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Last Saturday I went to my first massive esports event: The League of Legends Worlds Championship. More than 16,000 people crowded into the Chase Center arena where the Golden State Warriors play. It was a polished event, full of esports fan installations from cosplay to pregame podcasts.
Well ahead of the opening, crowds of gamers packed the plaza. I couldn’t have been more detached as a fan. I’m not a League of Legends player, and my colleague Jordan Fragen had to fill me in on the play-by-play of the action for the entire match. But by the end of it, I was as teary-eyed as the other 5.15 million fans (peak viewership per Esports Charts), and it finally dawned on me how powerful esports events can be. I could understand better why people love their games and their esports so much.
Riot Games has been at this for more than a decade and more than 600 million people have played League of Legends. But the emotion of the event wasn’t purely about mass numbers. Riot couldn’t have set up a better grudge match, even if it was making a fictional movie or tv show about esports. It was esports storytelling at its finest.
While the stars were pretty stone faced during the match, the casting set the mood. The star players –T1’s Lee “Faker” Sang-hyeok and DRX’s Kim “Deft” Hyuk-kyu — were the same age at 26 and went to the same high school in Seoul, South Korea.
Faker, known as the Unkillable Demon King by fans, has led his team to three victories at Worlds across a decade. But Deft had never made it to the Grand Finals at all despite seven appearances. The one time these players had squared off at Worlds before, Faker’s team crushed Deft’s 3-0.
To add to the contrast, Faker has always played for T1 Esports, becoming a partial owner in 2020. Meanwhile, Deft had to move around from team to team, with DRX being his fifth esports team.
Deft’s team was 4th seed, and it could only qualify to play in Worlds through a “play-in” stage with a difficult round robin. It seemed unlikely that he could make his way to the finals. No team that had entered the tournament at this stage had made it to finals.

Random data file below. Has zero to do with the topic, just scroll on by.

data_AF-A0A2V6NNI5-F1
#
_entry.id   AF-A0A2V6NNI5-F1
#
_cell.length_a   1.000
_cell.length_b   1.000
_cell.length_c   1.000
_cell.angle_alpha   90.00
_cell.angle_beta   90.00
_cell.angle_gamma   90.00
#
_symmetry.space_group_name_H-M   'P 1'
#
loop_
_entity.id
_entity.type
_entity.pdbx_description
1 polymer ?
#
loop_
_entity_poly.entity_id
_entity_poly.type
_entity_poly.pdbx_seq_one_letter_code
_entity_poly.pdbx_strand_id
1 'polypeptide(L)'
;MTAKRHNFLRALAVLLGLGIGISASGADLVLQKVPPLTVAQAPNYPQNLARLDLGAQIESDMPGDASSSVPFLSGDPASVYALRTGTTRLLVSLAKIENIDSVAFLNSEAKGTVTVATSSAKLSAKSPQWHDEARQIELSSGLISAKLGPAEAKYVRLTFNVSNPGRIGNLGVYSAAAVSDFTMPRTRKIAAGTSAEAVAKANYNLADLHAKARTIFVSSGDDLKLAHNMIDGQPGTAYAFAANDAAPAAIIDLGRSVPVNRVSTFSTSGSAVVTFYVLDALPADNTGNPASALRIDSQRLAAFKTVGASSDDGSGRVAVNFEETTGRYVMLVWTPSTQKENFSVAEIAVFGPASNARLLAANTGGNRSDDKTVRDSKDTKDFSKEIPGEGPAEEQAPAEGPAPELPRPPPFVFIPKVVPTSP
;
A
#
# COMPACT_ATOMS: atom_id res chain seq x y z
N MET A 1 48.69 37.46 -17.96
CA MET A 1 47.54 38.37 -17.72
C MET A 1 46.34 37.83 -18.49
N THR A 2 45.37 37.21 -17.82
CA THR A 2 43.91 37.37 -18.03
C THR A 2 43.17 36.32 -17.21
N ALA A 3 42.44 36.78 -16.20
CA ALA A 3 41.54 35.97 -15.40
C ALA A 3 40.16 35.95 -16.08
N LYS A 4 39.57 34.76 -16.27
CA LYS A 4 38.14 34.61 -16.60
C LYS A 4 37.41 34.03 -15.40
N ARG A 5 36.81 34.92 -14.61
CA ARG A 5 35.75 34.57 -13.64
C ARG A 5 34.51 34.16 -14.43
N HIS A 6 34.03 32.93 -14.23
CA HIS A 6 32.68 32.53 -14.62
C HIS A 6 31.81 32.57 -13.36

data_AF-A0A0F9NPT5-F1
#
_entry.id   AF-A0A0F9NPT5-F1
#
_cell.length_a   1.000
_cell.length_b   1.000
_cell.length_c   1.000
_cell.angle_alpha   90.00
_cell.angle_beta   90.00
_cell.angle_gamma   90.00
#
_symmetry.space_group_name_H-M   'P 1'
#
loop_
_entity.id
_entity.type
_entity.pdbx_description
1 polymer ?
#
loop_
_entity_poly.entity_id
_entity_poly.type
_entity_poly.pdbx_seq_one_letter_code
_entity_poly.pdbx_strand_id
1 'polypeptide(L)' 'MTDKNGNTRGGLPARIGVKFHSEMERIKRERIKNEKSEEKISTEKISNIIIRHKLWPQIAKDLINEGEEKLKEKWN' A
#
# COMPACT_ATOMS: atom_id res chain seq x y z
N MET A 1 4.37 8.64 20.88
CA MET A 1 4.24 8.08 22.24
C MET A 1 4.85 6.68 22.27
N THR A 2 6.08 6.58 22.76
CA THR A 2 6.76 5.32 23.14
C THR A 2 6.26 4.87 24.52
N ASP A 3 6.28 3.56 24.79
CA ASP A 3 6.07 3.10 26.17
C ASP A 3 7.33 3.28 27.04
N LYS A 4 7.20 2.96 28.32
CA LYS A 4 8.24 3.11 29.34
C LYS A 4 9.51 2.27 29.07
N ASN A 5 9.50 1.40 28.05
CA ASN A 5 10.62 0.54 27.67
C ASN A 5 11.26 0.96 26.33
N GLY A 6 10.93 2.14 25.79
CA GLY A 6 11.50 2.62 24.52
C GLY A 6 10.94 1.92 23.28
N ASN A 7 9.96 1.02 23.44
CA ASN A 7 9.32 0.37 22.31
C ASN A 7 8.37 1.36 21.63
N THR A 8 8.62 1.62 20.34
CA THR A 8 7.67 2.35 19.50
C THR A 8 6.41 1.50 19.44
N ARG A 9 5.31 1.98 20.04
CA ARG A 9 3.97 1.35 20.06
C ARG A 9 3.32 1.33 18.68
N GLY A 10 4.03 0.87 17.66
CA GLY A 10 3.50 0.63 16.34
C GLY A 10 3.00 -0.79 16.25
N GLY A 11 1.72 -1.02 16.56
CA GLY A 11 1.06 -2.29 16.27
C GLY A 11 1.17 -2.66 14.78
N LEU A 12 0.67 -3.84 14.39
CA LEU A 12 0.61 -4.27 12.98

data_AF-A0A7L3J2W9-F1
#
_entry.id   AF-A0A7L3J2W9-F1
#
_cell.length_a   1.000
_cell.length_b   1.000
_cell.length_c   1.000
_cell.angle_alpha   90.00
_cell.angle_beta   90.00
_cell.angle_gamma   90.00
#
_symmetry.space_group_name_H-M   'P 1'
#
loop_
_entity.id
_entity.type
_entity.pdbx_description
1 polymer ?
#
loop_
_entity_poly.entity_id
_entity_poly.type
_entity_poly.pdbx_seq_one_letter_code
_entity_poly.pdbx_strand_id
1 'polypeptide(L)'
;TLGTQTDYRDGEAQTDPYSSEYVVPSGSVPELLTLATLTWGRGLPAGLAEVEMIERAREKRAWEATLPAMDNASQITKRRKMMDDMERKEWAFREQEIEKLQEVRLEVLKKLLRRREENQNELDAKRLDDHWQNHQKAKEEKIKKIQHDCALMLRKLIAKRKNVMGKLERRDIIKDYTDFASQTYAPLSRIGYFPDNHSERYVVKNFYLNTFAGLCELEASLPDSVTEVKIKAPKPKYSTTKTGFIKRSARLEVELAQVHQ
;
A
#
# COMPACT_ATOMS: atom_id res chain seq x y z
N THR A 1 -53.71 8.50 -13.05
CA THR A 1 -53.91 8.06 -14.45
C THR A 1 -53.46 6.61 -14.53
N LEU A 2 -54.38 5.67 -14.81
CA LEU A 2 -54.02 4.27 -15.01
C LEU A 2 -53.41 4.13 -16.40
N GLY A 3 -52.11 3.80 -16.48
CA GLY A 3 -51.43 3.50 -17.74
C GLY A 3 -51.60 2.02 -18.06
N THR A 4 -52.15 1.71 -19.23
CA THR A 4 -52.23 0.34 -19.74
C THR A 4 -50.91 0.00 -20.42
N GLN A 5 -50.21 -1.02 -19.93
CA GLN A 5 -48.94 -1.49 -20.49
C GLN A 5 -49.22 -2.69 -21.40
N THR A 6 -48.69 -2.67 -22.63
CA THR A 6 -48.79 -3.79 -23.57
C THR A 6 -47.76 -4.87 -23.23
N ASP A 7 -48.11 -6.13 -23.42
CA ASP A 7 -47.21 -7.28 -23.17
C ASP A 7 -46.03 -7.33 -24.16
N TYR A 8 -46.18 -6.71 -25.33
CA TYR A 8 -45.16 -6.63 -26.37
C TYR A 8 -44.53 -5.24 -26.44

The League of Legends Worlds Championship does a good job of finding the best of the best. The tournament brings together 24 qualifying teams of five players each from Riot’s global system of regional leagues to participate in the month-long tournament. That’s a Darwinian process to get to the best players into the finals.
And it’s a pressure cooker. Last year, Worlds had more than 73 million peak concurrent viewers (including those from Chinese streaming services) and a billion hours watched. It’s a real-time strategy game where two teams of five champions face off to destroy the other team’s base. Every player has to carry their weight and make heroic plays.
The event itself was spectacular, with a stage that Riot Games had custom built. I can think of nothing more nerve-racking than waiting for this pre-show extravaganza (which started late) to end before taking the stage in front of a roaring audience.
The opening ceremony featured a three-act music and dance show, starting with The Call, the 2022 season anthem sung by Edda Hayes. That led to Jackson’s Wang’s Fire to the Fuse and the finale from Lil Nas X. These weren’t just musical acts. They were multimedia shows blended with lighting from a couple of dozen projectors and holographic tech that enabled lightning bolts to come down to the stage, which itself had thousands of LED tiles. The centerpiece was the Summoner’s Cup, designed this year by Tiffany & Co.
The finalists from South Korea squared off, with the underdog DRX taking the Summoners Cup in a total surprise as the favorite T1 Esports went down in defeat. Another writer said it was a “plot better than any concocted by a team of scriptwriters.”
Some of the drama starts for the fans as each player picks their champion, mixed in with picks that they won’t allow the other team to play.
It’s complicated because players can choose from more than 140 champions to make epic plays, secure kills and take down towers. Games typically last between 25 to 45 minutes and end when one team takes down their opponent’s Nexus. Yet this was going to be no typical event.
The teams wrestled back and forth over five matches, with the action swinging in one teams favor and back the other way in just about every one of the matches.
In the first game, T1 went on the defense as Faker was killed early but then recovered after Gumayusi stole a dragon just as it was about to be harvested by DRX.
Those events swung the advantage back and forth. But DRX never fully recovered and T1 took the first match. At that point, my friendly commentator worried if this would be a quick match where T1 would sweep three games in a row.